Other than that, I think you should prepare your team when taking on this kind of project. You need them to have the skills, and they may even need training or something. But once they have the skills and some familiarity with the tool, you can go very fast, create a very good custom solution that fits your needs.
On a scale from one to ten where one is the worst and ten is the best, I would rate Liferay as an eight-and-a-half. Nine would be okay. I really like the product, probably because I am technical. I think this is the best portal and system you can work with.
I think that it could be interesting to expand the eCommerce capabilities to the B2C sector.
Social areas and capabilities need improvement. If you compare this product with Jive or other standard social business platforms, Liferay has room to improve in terms of reusability, functions, and capabilities. Jive and other leading social business company platforms all have a lot of add-ons. Liferay could add some social add-ons.
Compared to other platforms the initial setup is not very complex.
I would rate this solution as eight out of ten.
It allows us to arrange and develop new ideas, then incorporate them into the portal. We can create a one stop information center, so people can access the information from one window. It also allows us to actively receive data from different systems and publish it into the portal.
It could be improved in terms of adding filters to some of the rules. Therefore, you can retain how long a document would need to stay in an archive.
It is a bit expensive.
Student and staff facing self-serve portal with customized relevant data based on user's affiliation with the university.
Current management decided not to convert our student portal (Liferay 6.1) to Liferay DXP. Instead, we opted for an in-house developed solution coded with Java and Aurelia with centralized data libraries accessible via APIs, Web Services, etc. This provided our developers the unlimited ability to customize a lightweight solution which integrates with our SIS and other business/web applications.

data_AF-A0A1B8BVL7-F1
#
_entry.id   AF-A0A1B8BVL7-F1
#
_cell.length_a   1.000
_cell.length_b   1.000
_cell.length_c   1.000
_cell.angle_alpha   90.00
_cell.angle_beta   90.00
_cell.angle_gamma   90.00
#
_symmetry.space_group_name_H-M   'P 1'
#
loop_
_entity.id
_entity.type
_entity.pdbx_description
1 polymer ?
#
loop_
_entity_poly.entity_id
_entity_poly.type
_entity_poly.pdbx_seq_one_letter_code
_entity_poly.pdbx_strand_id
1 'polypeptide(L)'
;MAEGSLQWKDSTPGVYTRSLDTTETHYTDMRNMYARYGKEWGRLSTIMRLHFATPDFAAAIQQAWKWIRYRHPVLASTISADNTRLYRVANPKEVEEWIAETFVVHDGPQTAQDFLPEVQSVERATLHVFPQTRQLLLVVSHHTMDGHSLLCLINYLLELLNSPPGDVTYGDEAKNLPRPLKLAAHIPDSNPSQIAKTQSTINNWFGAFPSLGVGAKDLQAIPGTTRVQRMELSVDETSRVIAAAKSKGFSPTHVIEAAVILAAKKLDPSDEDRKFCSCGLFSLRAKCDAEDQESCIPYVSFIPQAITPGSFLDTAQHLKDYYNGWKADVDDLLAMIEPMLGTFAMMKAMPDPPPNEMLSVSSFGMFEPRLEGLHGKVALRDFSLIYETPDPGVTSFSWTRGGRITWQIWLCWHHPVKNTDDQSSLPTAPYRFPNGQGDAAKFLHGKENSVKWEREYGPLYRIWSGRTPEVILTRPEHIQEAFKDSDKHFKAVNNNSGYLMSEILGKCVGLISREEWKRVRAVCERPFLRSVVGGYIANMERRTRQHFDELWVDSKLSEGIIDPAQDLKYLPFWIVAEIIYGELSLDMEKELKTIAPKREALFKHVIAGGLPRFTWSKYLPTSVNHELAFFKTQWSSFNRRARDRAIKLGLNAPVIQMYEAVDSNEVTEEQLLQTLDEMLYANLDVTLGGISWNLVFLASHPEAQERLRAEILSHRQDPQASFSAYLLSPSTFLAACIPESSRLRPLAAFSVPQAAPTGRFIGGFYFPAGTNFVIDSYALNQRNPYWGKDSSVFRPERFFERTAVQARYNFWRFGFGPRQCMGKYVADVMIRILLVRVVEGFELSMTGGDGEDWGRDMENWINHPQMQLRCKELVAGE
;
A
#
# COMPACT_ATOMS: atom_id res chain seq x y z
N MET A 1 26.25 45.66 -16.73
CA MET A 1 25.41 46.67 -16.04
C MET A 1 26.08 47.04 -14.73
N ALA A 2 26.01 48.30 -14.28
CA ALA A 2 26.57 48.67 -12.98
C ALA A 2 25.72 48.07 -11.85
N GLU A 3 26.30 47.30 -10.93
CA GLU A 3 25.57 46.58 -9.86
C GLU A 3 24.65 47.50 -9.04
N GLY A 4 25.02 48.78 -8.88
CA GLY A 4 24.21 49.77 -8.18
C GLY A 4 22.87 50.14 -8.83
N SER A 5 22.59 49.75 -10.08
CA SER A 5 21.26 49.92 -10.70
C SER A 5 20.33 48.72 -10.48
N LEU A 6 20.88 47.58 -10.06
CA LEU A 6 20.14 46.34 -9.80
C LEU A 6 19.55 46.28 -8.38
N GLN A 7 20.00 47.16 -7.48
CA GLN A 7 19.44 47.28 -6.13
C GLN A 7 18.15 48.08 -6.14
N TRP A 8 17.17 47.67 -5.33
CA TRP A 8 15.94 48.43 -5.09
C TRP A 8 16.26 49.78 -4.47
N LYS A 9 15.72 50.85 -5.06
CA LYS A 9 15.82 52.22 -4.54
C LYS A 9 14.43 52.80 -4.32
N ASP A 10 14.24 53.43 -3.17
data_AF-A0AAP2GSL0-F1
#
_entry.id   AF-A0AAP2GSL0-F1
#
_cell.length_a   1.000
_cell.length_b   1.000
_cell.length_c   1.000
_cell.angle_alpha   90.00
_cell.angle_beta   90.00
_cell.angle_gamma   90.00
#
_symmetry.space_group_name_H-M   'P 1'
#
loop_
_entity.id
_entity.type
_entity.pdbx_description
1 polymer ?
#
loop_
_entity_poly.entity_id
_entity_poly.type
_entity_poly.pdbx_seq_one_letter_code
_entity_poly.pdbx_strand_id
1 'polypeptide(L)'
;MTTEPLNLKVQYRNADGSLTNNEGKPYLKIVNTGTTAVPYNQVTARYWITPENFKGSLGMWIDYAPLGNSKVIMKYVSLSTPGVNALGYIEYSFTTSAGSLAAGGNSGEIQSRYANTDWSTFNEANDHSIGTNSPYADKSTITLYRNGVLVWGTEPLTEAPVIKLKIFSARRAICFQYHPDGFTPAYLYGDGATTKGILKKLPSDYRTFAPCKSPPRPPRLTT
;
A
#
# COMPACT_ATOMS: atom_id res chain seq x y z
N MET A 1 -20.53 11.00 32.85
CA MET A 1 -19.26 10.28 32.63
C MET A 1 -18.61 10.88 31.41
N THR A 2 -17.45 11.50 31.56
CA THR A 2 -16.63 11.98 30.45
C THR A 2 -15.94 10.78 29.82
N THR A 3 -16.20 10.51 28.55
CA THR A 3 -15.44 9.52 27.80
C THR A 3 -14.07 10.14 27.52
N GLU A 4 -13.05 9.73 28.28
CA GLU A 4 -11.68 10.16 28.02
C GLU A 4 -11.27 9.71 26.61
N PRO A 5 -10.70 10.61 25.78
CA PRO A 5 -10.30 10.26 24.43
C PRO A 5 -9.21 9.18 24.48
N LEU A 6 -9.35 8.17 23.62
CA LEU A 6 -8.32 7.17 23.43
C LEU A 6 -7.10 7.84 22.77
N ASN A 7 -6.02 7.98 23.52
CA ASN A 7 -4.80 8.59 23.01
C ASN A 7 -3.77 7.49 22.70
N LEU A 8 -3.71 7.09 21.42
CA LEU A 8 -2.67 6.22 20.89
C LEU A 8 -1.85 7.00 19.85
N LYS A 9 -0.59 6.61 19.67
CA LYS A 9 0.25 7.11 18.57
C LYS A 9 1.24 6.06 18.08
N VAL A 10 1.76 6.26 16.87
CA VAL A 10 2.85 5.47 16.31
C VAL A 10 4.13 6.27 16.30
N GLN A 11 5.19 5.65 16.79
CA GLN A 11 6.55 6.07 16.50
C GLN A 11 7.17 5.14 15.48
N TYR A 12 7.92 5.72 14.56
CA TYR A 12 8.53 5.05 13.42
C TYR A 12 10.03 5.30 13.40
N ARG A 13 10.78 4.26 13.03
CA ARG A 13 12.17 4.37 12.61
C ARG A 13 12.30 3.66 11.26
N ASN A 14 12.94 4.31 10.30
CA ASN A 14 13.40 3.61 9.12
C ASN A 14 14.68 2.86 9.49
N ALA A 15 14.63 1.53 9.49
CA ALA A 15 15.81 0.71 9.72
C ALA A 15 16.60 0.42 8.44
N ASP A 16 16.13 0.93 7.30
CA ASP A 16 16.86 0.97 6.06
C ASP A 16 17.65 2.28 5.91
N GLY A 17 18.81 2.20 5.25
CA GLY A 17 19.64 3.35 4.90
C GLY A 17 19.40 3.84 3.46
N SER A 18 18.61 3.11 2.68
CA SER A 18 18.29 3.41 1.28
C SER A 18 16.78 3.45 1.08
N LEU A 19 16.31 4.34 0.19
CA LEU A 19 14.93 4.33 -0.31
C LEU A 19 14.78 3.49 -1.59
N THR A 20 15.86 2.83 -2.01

The web/mobile/portal integration was one of the features that we found most valuable, primarily because it reduced our development time.
Since we did not implement the product, I do not have a suggestion for improvement.
Their pricing model should be modified to include per user options instead of just servers/cores, etc.
Liferay's social collaboration and the OSGi framework are valuable features.
We are using it to create the customer experience platform.
There should be less documentation about the differences and migration from the older versions is a must.
I am using Liferay for more than two years and the Liferay Digital Experience Platform(DXP) for around six months.
For fresh installations, no significant issues have been noted. However, there are major issues when migrating from older versions.
There were no scalability issues as of now.
Since Liferay DXP is relatively new, the support is also improving mainly, in terms of helping migration.
Liferay was mainly selected by me due to its collaboration and the digital features that help to make the digital platforms very strong for the customers.
For new installations, the setup is simple; but again migrations for the old version are a nightmare.
Liferay has some good licensing options, i.e., on the user-basis and server-basis. Thus, it works out good options based on your needs.
Before selecting Liferay in 2014, I evaluated the Oracle WebLogic Portal, the JBoss Portal, and the IBM WebSphere Portal.
Identify the business problems due to which you are looking for a digital platform, then compare the product features with those business problems, in order to make a wiser decision.
It is, still, maturing as a platform.
It has a built-in WCMS (web content management system) and provides the ability to develop complex portlet-based web applications. That's valuable because it is Java/Java EE-based and open source.
The documentation could be better.
I have used Liferay for three years.
I did not encounter any issues with stability.
I did not encounter any issues with scalability.
Setup was easy and straightforward.
Hire developers with a high level of expertise with Liferay Portal.